The European Commission has hit Google with a record fine of €2.42 billion ($2.72 billion) for abusing its dominant market position and tweaking search results to favor its Google Shopping service to the detriment of its direct competitors.
The EU says that Google intentionally and knowing promoted its Google Shopping listings on its search engine front page, at the top of all other search results.
Additionally, the EU found Google guilty of tinkering with its search classification algorithm in a way that buried listings from competitors.
"Evidence shows that even the most highly ranked rival service appears on average only on page four of Google's search results, and others appear even further down," the European Commission wrote today in its decision to a long-winding antitrust case that started in 2010.
Ironically, the complaint against Google abusing its dominant market position came from Microsoft, a company that was also fined for similar practices when it pushed Internet Explorer on Windows users.
At the heart of the fine is a service launched in 2002 under the name Froogle, rebranded in Google Product Search in 2008, and later rebranded as Google Shopping in 2013.
Described by the EU as a comparison shopping service, Google Shopping worked by taking products from various stores and allowing users to compare prices and features in order to select the best products they wanted to buy.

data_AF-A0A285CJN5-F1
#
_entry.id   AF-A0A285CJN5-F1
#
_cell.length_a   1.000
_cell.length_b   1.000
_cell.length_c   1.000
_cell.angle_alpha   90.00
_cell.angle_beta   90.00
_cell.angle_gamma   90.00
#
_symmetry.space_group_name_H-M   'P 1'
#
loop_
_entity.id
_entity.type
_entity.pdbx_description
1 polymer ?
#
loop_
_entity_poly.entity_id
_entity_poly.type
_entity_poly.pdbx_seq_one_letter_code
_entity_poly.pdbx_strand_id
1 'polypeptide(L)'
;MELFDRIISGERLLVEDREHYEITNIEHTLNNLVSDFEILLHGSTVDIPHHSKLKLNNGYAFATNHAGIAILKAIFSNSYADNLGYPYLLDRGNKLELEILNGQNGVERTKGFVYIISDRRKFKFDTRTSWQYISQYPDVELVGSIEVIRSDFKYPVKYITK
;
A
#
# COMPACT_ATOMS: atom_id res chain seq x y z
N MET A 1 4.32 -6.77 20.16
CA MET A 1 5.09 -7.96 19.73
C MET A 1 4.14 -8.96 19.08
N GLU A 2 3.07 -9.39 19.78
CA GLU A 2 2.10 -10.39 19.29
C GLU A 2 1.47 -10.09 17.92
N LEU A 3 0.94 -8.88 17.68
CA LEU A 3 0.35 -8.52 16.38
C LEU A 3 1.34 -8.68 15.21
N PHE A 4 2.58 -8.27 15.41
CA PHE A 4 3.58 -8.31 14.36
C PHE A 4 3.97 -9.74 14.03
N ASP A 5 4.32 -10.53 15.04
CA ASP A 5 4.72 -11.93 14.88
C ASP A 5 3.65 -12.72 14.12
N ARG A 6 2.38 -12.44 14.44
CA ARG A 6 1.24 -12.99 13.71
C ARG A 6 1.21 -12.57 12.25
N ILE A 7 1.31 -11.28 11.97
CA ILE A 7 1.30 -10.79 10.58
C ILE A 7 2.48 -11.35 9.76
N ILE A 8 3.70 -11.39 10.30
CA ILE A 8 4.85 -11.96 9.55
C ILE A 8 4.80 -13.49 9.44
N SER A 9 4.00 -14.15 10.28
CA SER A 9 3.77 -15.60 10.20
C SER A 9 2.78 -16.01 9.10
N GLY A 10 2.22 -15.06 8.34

When Google launched Froogle, there were already several comparison shopping services on the market. Documents and data obtained by the European Commission during its investigation showed that Froogle was a failed product up until Google decided to place it above other search results and later demoted its competition to lower search results pages.
"Froogle simply doesn't work," said one Google document from 2006 obtained by the EU. Things changed two years later, and the EU says Google's service started to take off once Google began aggressively pushing the service in its search results.
Market studies have shown that top Google search results — the position where Google Shopping listings were displayed — usually garner around 35% of all search engine traffic, while results on the first page get 95%. Furthermore, things get worse with second-page listings, which only get 1% of the traffic. By downgrading rival services to page four and beyond, Google had effectively killed traffic to its competitors.
According to statistics obtained by EU investigators, rival services lost between 80% and 92% of their normal traffic.
"This shows that Google's practices have stifled competition on the merits in comparison shopping markets, depriving European consumers of genuine choice and innovation," the EU ruled.
The fine was passed down today, and Google has 90 days to comply or face new penalties. Furthermore, based on the EU's ruling, Google is now open to civil litigation from past rivals it tried to kill off.
In a blog post today, Google tried to explain "the other side of the story," saying it promoted Google Shopping because it felt their service was superior to anything else on the market. The company also hinted it might appeal the ruling.
The EU and Google will be locked in many legal battles in the upcoming years. The European Commission is also currently investigating Google in two other antitrust cases.
One is for the Android mobile operating system, where "Google has stifled choice and innovation in a range of mobile apps and services by pursuing an overall strategy on mobile devices to protect and expand its dominant position in general internet search," and the second is for AdSense, where the EU thinks "Google has reduced choice by preventing third-party websites from sourcing search ads from Google's competitors."